Review by Booklist Review
This title, coded for emergent readers, is part of the Dive into Reading line of early chapter books, and features a smiling group of racially diverse, neighborhood friends. Henry dreams of being a rock star, but practicing his drums in the apartment disturbs his mother as she tries to work. So he goes outside, where he plays lively rhythms to which his friends dance in a game of freeze dance. Later, when she's finished her work, Henry and his mom dance in the living room until it is time for bed. This is a sweet, simple story of an ordinary day that needs no adornment. Ng-Benitez's watercolor illustrations bring it to life with expression, color, and movement. Instructions for how to make your own drum will be a big hit, too.--Chaudhri, Amina Copyright 2017 Booklist
From Booklist, Copyright (c) American Library Association. Used with permission.
Review by School Library Journal Review
PreS-Gr 1-Henry loves playing his drums loudly like a rock star, but his mom has work to do and would really prefer some quiet. So Henry takes his old drum to play outside, where his friends are jumping rope. Soon everyone is having a great time playing freeze dance together. Later that evening, Henry's mom finishes her work and invites Henry to join her in silly dancing until bedtime. This emergent reader is broken up into three short chapters with high frequency words and familiar vocabulary. The illustrations depict a variety of diverse kids with cheery faces. The story concludes with instructions for readers to make their own drum. VERDICT This is a joyous ode to unplugged entertainment and everyday life. Recommended for libraries looking for additional beginning-to-read books.-Jessica Marie, Salem Public Library, OR © Copyright 2017. Library Journals LLC, a wholly owned subsidiary of Media Source, Inc. No redistribution permitted.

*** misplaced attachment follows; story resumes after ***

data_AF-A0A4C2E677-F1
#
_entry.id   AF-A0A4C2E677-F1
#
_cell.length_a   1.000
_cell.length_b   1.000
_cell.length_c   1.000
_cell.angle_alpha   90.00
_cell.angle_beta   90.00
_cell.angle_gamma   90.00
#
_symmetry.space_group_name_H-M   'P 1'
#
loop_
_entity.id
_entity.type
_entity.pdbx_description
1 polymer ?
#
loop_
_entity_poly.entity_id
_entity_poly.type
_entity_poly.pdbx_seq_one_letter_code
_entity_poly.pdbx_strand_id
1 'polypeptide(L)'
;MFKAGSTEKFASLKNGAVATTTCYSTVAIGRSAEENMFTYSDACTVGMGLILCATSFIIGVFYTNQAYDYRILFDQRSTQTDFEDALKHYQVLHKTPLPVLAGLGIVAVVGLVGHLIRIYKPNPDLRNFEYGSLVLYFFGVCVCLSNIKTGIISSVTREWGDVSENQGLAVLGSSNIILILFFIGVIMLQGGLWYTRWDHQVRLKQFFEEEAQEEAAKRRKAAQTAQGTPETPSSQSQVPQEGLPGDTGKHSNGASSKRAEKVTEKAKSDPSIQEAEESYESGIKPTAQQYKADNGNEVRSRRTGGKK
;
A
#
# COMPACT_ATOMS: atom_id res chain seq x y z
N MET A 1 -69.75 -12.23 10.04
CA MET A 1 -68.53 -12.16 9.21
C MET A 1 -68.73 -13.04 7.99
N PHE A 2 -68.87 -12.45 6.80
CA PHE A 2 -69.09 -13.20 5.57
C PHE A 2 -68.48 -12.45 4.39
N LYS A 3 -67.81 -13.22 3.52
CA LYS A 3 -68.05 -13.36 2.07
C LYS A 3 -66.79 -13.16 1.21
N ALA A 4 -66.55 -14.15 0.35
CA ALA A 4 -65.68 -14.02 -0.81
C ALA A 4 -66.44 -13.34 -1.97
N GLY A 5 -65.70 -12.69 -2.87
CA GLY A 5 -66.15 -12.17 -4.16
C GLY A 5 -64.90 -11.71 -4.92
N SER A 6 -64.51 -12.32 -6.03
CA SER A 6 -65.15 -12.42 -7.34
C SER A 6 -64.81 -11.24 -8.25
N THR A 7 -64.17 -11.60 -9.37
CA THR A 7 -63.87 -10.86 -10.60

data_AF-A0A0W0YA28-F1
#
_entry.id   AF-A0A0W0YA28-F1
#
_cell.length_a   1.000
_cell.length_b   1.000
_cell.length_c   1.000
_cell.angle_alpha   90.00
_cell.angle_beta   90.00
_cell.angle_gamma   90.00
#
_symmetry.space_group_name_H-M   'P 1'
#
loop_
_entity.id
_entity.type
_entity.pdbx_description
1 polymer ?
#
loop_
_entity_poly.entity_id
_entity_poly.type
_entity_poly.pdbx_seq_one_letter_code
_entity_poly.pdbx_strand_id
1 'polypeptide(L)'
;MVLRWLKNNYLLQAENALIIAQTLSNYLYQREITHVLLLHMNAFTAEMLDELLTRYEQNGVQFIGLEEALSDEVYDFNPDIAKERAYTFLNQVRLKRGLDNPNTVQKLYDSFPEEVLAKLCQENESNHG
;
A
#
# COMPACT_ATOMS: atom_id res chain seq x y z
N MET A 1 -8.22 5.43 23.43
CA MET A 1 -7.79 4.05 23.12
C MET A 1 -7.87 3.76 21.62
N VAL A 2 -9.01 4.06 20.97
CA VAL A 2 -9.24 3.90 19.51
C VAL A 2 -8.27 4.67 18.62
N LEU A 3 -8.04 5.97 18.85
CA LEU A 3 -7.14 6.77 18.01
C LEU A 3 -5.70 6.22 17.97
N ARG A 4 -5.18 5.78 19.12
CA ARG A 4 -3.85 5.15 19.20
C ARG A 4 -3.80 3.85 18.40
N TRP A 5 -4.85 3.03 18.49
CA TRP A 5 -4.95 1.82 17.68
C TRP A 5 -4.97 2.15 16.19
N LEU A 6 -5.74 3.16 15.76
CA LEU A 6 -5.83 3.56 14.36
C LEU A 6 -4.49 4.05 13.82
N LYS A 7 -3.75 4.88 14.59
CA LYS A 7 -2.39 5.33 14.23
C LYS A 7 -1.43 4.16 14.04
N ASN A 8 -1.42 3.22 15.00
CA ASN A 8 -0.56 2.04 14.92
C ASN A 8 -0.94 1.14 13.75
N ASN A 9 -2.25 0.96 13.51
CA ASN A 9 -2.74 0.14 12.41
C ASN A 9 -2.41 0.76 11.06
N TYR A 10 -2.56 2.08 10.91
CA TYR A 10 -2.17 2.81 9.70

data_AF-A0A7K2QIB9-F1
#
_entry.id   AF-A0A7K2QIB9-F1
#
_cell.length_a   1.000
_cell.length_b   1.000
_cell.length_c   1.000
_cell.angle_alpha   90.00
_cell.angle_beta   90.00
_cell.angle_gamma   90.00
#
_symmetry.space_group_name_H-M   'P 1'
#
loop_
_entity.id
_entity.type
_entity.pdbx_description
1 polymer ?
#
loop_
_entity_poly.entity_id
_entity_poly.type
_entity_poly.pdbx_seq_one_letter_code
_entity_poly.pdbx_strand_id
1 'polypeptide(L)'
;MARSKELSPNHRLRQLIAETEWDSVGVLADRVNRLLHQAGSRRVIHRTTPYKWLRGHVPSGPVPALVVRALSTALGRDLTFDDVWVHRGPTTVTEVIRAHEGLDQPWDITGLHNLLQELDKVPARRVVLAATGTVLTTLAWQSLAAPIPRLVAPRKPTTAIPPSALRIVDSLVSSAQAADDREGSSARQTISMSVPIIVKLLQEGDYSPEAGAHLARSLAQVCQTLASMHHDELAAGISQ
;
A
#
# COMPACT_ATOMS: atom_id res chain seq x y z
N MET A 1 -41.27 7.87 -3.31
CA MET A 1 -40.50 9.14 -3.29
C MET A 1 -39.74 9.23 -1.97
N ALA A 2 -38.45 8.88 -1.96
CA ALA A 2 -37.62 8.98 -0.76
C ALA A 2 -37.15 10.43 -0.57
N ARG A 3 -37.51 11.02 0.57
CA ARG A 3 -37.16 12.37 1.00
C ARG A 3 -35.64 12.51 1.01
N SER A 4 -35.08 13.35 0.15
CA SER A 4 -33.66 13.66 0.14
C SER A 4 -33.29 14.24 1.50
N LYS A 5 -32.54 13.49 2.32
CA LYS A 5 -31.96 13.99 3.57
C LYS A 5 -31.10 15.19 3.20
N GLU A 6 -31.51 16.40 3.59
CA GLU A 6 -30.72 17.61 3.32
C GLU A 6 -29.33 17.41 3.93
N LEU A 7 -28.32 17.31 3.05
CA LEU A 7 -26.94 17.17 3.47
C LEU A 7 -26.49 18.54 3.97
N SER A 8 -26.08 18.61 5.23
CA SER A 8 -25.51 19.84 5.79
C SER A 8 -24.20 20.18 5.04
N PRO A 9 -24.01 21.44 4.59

(c) Copyright Library Journals LLC, a wholly owned subsidiary of Media Source, Inc. No redistribution permitted.
Review by Kirkus Book Review
Set in the diverse urban neighborhood introduced by Paula Yoo and Ng-Benitez in Lily's New Home and Want to Play (both 2016), this newest entry focuses on Henry, a would-be rock-star drummer. Henry's mother needs quiet to work, so Henry takes a single drum to the front stoop. An intentionally diverse cast of characters stop playing jump rope to freeze dance. Henry is white. Lily is dark-skinned with curly hair. Mei's, Padma's, and Pablo's names suggest ethnically diverse backgrounds; all have light-brown skin and dark hair, and Pablo wears glasses. Repeating the same few words guarantees success for new readers. Uncluttered layout and a sans-serif typeface also help, while digitally enhanced watercolor illustrations provide context clues. Each of the three brief chapters can stand on its own, though they also form a cohesive if simple story arc when read in one sitting. Henry seems unrealistically willing to adjust his behavior so as to not disturb his mother; his mother is all too happy to break into dance when her work is complete. In the simultaneously publishing Block Party, Padma is embarrassed when her mother brings Indian lentil soup to the neighborhood festivities. But her friends seem to like it, so Padma decides she can be proud of the soup and of her heritage. Each book closes with an "extra": instructions to make a homemade drum in Music Time, and a recipe for lentil curry soup in Block Party. An earnest and conscientious effort to add diversity to new readers' choices. (Early reader. 5-8) Copyright Kirkus Reviews, used with permission.
Copyright (c) Kirkus Reviews, used with permission.